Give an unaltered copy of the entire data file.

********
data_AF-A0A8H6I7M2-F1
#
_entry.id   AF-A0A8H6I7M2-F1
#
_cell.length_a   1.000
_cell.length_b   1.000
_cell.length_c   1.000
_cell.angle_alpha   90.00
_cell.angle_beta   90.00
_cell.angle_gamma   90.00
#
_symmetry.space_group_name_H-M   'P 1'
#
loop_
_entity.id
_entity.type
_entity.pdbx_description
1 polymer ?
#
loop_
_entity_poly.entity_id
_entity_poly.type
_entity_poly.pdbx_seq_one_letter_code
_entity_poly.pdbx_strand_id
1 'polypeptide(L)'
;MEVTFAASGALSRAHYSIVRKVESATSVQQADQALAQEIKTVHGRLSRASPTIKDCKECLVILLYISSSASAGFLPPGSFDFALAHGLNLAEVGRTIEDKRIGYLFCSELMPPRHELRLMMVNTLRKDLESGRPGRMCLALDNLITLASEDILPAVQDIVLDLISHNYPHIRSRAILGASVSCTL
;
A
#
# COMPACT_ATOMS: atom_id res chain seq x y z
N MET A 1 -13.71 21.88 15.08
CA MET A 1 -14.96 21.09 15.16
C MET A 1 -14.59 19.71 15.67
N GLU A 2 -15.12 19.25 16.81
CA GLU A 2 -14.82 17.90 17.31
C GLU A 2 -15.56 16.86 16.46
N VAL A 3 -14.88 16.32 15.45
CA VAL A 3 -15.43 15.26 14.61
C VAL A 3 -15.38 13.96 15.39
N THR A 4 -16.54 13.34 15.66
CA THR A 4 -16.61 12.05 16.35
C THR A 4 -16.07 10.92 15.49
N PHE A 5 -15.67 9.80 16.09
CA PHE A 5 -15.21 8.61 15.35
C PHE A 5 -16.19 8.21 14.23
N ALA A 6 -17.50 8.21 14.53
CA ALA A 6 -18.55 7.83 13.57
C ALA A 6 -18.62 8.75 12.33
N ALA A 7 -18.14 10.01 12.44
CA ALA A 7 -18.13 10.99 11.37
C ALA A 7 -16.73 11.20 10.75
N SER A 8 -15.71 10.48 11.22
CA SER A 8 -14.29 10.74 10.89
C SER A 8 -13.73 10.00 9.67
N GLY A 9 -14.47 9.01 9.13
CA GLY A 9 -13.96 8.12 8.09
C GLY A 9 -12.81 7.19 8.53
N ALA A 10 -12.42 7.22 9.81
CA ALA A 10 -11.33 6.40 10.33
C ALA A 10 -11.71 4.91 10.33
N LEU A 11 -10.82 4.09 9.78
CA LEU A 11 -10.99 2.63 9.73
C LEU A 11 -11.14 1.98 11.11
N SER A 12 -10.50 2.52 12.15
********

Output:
data_AF-A0A8H6I7M2-F1
#
_entry.id   AF-A0A8H6I7M2-F1
#
_cell.length_a   1.000
_cell.length_b   1.000
_cell.length_c   1.000
_cell.angle_alpha   90.00
_cell.angle_beta   90.00
_cell.angle_gamma   90.00
#
_symmetry.space_group_name_H-M   'P 1'
#
loop_
_entity.id
_entity.type
_entity.pdbx_description
1 polymer ?
#
loop_
_entity_poly.entity_id
_entity_poly.type
_entity_poly.pdbx_seq_one_letter_code
_entity_poly.pdbx_strand_id
1 'polypeptide(L)'
;MEVTFAASGALSRAHYSIVRKVESATSVQQADQALAQEIKTVHGRLSRASPTIKDCKECLVILLYISSSASAGFLPPGSFDFALAHGLNLAEVGRTIEDKRIGYLFCSELMPPRHELRLMMVNTLRKDLESGRPGRMCLALDNLITLASEDILPAVQDIVLDLISHNYPHIRSRAILGASVSCTL
;
A
#
# COMPACT_ATOMS: atom_id res chain seq x y z
N MET A 1 -13.71 21.88 15.08
CA MET A 1 -14.96 21.09 15.16
C MET A 1 -14.59 19.71 15.67
N GLU A 2 -15.12 19.25 16.81
CA GLU A 2 -14.82 17.90 17.31
C GLU A 2 -15.56 16.86 16.46
N VAL A 3 -14.88 16.32 15.45
CA VAL A 3 -15.43 15.26 14.61
C VAL A 3 -15.38 13.96 15.39
N THR A 4 -16.54 13.34 15.66
CA THR A 4 -16.61 12.05 16.35
C THR A 4 -16.07 10.92 15.49
N PHE A 5 -15.67 9.80 16.09
CA PHE A 5 -15.21 8.61 15.35
C PHE A 5 -16.19 8.21 14.23
N ALA A 6 -17.50 8.21 14.53
CA ALA A 6 -18.55 7.83 13.57
C ALA A 6 -18.62 8.75 12.33
N ALA A 7 -18.14 10.01 12.44
CA ALA A 7 -18.13 10.99 11.37
C ALA A 7 -16.73 11.20 10.75
N SER A 8 -15.71 10.48 11.22
CA SER A 8 -14.29 10.74 10.89
C SER A 8 -13.73 10.00 9.67
N GLY A 9 -14.47 9.01 9.13
CA GLY A 9 -13.96 8.12 8.09
C GLY A 9 -12.81 7.19 8.53
N ALA A 10 -12.42 7.22 9.81
CA ALA A 10 -11.33 6.40 10.33
C ALA A 10 -11.71 4.91 10.33
N LEU A 11 -10.82 4.09 9.78
CA LEU A 11 -10.99 2.63 9.73
C LEU A 11 -11.14 1.98 11.11
N SER A 12 -10.50 2.52 12.15